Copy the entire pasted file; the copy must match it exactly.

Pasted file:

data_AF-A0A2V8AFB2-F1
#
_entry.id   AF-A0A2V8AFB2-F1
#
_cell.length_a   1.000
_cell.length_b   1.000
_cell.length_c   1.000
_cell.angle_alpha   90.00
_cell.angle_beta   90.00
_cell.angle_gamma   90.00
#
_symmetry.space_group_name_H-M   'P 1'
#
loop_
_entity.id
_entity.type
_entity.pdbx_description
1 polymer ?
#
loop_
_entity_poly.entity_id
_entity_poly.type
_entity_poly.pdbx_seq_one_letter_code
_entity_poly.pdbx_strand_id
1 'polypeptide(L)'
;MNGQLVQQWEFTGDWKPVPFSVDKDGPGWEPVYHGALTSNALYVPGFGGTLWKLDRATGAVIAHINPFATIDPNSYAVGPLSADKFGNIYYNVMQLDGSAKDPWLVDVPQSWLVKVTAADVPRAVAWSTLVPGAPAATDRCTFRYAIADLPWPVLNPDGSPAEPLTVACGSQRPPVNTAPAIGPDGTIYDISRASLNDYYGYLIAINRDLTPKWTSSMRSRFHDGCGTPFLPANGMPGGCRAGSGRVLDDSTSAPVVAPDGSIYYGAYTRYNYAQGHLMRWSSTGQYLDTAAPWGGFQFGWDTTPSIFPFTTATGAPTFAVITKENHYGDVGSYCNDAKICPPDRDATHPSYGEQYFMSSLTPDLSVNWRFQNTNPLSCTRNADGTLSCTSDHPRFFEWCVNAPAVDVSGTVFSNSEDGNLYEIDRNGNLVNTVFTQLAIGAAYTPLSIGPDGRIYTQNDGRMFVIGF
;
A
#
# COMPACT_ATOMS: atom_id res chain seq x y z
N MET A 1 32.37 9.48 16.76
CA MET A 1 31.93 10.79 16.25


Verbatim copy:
data_AF-A0A2V8AFB2-F1
#
_entry.id   AF-A0A2V8AFB2-F1
#
_cell.length_a   1.000
_cell.length_b   1.000
_cell.length_c   1.000
_cell.angle_alpha   90.00
_cell.angle_beta   90.00
_cell.angle_gamma   90.00
#
_symmetry.space_group_name_H-M   'P 1'
#
loop_
_entity.id
_entity.type
_entity.pdbx_description
1 polymer ?
#
loop_
_entity_poly.entity_id
_entity_poly.type
_entity_poly.pdbx_seq_one_letter_code
_entity_poly.pdbx_strand_id
1 'polypeptide(L)'
;MNGQLVQQWEFTGDWKPVPFSVDKDGPGWEPVYHGALTSNALYVPGFGGTLWKLDRATGAVIAHINPFATIDPNSYAVGPLSADKFGNIYYNVMQLDGSAKDPWLVDVPQSWLVKVTAADVPRAVAWSTLVPGAPAATDRCTFRYAIADLPWPVLNPDGSPAEPLTVACGSQRPPVNTAPAIGPDGTIYDISRASLNDYYGYLIAINRDLTPKWTSSMRSRFHDGCGTPFLPANGMPGGCRAGSGRVLDDSTSAPVVAPDGSIYYGAYTRYNYAQGHLMRWSSTGQYLDTAAPWGGFQFGWDTTPSIFPFTTATGAPTFAVITKENHYGDVGSYCNDAKICPPDRDATHPSYGEQYFMSSLTPDLSVNWRFQNTNPLSCTRNADGTLSCTSDHPRFFEWCVNAPAVDVSGTVFSNSEDGNLYEIDRNGNLVNTVFTQLAIGAAYTPLSIGPDGRIYTQNDGRMFVIGF
;
A
#
# COMPACT_ATOMS: atom_id res chain seq x y z
N MET A 1 32.37 9.48 16.76
CA MET A 1 31.93 10.79 16.25